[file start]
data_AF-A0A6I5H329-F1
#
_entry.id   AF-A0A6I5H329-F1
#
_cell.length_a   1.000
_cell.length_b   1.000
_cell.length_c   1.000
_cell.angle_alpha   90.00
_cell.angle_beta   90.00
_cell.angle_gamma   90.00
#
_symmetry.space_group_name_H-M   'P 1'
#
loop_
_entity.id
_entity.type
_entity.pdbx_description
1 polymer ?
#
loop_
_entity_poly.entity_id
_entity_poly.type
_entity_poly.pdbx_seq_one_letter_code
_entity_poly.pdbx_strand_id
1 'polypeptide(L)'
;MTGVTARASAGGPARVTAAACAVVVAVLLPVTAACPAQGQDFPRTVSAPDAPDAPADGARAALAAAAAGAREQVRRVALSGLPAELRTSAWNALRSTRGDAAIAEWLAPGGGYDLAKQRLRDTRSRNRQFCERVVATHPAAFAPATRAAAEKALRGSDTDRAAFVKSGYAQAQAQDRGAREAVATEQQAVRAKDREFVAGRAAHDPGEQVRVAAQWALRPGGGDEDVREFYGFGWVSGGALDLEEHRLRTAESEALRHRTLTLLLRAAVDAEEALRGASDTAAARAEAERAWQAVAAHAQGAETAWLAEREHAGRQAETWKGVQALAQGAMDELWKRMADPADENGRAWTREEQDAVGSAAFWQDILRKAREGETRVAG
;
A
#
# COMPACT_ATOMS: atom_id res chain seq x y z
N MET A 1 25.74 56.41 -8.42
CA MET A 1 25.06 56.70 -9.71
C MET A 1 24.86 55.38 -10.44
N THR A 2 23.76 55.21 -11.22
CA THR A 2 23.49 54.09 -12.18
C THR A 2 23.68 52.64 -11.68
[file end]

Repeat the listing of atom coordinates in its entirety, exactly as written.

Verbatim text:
data_AF-A0A6I5H329-F1
#
_entry.id   AF-A0A6I5H329-F1
#
_cell.length_a   1.000
_cell.length_b   1.000
_cell.length_c   1.000
_cell.angle_alpha   90.00
_cell.angle_beta   90.00
_cell.angle_gamma   90.00
#
_symmetry.space_group_name_H-M   'P 1'
#
loop_
_entity.id
_entity.type
_entity.pdbx_description
1 polymer ?
#
loop_
_entity_poly.entity_id
_entity_poly.type
_entity_poly.pdbx_seq_one_letter_code
_entity_poly.pdbx_strand_id
1 'polypeptide(L)'
;MTGVTARASAGGPARVTAAACAVVVAVLLPVTAACPAQGQDFPRTVSAPDAPDAPADGARAALAAAAAGAREQVRRVALSGLPAELRTSAWNALRSTRGDAAIAEWLAPGGGYDLAKQRLRDTRSRNRQFCERVVATHPAAFAPATRAAAEKALRGSDTDRAAFVKSGYAQAQAQDRGAREAVATEQQAVRAKDREFVAGRAAHDPGEQVRVAAQWALRPGGGDEDVREFYGFGWVSGGALDLEEHRLRTAESEALRHRTLTLLLRAAVDAEEALRGASDTAAARAEAERAWQAVAAHAQGAETAWLAEREHAGRQAETWKGVQALAQGAMDELWKRMADPADENGRAWTREEQDAVGSAAFWQDILRKAREGETRVAG
;
A
#
# COMPACT_ATOMS: atom_id res chain seq x y z
N MET A 1 25.74 56.41 -8.42
CA MET A 1 25.06 56.70 -9.71
C MET A 1 24.86 55.38 -10.44
N THR A 2 23.76 55.21 -11.22
CA THR A 2 23.49 54.09 -12.18
C THR A 2 23.68 52.64 -11.68